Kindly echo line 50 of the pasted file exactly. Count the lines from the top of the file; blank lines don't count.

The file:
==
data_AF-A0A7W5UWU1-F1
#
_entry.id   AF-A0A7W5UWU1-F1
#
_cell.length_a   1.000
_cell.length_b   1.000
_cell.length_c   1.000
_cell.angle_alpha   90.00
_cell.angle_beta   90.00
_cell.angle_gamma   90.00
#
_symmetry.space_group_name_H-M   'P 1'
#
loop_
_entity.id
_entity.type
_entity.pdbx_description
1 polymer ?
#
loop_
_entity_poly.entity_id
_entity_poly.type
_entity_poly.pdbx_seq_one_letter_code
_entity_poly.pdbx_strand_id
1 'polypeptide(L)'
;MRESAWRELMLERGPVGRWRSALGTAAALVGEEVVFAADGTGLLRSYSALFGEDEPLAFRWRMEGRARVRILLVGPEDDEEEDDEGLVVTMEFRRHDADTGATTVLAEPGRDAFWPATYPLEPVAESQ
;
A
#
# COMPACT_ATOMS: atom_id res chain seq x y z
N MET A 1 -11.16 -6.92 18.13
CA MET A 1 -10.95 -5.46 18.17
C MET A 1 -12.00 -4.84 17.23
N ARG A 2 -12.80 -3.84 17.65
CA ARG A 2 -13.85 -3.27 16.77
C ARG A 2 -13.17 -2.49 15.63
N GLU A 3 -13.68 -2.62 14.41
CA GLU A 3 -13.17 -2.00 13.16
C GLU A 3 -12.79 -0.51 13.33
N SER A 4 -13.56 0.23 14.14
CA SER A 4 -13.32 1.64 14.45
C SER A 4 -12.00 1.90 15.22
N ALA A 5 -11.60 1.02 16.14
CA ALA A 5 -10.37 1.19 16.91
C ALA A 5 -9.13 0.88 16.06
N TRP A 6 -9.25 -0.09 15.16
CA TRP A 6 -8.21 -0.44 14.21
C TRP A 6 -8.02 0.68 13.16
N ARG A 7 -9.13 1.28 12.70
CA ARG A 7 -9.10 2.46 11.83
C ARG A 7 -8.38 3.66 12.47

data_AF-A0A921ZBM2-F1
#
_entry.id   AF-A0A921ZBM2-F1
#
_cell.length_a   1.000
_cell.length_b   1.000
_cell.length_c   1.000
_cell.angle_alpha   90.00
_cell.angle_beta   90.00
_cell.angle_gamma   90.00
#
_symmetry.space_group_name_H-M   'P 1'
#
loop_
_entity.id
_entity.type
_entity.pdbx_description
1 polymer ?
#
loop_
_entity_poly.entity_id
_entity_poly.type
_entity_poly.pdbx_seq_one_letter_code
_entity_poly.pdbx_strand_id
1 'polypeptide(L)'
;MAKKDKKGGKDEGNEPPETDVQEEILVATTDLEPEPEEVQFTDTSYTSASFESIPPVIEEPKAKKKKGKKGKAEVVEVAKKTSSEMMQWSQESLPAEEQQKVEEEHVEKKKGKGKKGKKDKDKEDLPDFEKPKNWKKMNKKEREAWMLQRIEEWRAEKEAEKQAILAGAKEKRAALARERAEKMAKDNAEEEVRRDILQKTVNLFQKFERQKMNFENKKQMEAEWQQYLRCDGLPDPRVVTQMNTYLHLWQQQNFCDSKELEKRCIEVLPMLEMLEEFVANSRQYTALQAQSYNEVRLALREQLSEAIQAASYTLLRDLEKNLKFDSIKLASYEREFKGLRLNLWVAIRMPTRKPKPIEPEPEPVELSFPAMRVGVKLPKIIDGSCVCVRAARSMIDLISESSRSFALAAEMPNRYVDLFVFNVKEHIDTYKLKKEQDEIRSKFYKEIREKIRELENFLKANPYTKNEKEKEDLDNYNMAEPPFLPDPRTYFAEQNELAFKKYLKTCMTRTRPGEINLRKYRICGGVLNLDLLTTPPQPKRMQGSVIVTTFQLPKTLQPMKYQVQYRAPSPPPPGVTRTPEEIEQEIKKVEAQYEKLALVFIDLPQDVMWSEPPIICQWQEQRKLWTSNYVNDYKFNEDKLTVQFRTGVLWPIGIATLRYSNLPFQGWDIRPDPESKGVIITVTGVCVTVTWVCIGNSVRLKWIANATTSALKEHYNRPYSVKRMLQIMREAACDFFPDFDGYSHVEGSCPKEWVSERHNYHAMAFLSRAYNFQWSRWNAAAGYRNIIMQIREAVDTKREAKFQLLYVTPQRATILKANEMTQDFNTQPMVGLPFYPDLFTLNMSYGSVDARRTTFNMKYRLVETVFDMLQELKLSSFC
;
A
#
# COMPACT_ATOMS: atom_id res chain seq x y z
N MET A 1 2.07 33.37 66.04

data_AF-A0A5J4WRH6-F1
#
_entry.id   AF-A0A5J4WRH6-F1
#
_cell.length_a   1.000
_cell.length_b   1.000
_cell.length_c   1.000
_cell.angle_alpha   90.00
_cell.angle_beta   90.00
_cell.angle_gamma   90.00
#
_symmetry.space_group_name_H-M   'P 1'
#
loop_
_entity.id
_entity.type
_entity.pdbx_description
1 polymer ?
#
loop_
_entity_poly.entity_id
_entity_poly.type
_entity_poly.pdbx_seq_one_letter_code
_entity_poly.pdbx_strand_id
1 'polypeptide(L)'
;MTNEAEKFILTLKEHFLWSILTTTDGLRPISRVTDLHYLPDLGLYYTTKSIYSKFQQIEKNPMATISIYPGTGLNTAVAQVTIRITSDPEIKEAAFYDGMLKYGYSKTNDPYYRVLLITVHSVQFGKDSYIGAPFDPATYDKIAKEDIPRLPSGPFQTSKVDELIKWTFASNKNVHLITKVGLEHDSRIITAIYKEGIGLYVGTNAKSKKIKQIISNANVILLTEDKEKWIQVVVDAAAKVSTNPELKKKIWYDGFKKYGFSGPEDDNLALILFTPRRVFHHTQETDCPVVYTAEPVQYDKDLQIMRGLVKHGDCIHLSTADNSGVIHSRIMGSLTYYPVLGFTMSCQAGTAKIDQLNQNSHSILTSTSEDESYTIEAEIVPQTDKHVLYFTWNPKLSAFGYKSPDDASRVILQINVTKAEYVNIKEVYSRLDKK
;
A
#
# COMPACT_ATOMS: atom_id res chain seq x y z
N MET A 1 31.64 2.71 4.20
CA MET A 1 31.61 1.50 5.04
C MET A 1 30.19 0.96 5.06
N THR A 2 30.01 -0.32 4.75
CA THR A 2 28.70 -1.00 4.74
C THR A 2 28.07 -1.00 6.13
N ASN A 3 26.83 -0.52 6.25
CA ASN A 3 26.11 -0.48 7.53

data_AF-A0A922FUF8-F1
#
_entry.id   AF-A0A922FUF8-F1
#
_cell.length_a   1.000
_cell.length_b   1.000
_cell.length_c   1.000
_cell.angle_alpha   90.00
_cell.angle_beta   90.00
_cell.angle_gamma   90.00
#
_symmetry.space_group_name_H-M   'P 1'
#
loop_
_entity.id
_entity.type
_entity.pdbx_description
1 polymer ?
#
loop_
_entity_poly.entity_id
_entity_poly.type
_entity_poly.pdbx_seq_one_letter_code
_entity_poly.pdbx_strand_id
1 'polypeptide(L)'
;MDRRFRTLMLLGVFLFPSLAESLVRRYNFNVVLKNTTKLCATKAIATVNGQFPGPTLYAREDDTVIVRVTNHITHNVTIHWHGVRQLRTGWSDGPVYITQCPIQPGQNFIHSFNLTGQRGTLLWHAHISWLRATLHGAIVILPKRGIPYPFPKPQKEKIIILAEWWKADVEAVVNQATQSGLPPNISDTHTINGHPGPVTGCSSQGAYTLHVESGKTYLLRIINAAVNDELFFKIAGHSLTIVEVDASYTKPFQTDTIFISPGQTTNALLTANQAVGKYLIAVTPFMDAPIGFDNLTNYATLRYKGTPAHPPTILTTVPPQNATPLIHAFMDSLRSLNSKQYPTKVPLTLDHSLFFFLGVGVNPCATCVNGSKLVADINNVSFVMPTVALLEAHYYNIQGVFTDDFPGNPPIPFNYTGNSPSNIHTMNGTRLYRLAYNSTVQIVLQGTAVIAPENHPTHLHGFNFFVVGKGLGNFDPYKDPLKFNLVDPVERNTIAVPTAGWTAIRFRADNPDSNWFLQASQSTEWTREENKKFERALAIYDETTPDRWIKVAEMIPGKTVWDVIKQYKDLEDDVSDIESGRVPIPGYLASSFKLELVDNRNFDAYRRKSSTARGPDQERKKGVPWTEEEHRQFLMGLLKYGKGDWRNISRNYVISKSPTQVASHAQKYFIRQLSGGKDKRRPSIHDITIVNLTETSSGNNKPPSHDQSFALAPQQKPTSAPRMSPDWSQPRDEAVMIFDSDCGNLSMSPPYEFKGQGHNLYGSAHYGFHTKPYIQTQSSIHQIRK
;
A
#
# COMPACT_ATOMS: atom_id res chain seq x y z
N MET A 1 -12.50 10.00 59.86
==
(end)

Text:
CA ARG A 7 -9.10 2.46 11.83